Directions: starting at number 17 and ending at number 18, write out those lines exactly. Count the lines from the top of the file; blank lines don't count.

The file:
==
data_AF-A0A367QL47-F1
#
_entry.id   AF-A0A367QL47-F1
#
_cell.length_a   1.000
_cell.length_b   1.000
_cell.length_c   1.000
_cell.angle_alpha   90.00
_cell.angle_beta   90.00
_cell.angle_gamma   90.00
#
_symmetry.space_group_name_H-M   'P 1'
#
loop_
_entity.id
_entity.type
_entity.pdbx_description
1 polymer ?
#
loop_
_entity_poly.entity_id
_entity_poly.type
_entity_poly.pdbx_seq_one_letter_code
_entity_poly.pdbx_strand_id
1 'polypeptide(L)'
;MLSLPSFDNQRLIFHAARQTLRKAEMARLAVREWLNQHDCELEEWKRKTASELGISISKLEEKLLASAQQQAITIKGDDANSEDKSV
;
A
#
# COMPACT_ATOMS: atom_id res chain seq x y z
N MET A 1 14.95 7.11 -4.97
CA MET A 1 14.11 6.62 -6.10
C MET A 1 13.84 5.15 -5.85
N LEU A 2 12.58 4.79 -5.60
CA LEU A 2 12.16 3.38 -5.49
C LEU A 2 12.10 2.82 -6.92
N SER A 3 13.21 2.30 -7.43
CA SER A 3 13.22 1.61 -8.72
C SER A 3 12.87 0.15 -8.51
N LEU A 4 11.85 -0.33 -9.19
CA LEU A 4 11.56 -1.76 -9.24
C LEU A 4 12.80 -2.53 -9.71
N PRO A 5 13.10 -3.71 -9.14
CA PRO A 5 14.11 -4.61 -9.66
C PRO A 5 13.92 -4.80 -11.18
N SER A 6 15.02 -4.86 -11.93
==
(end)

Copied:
_entity.pdbx_description
1 polymer ?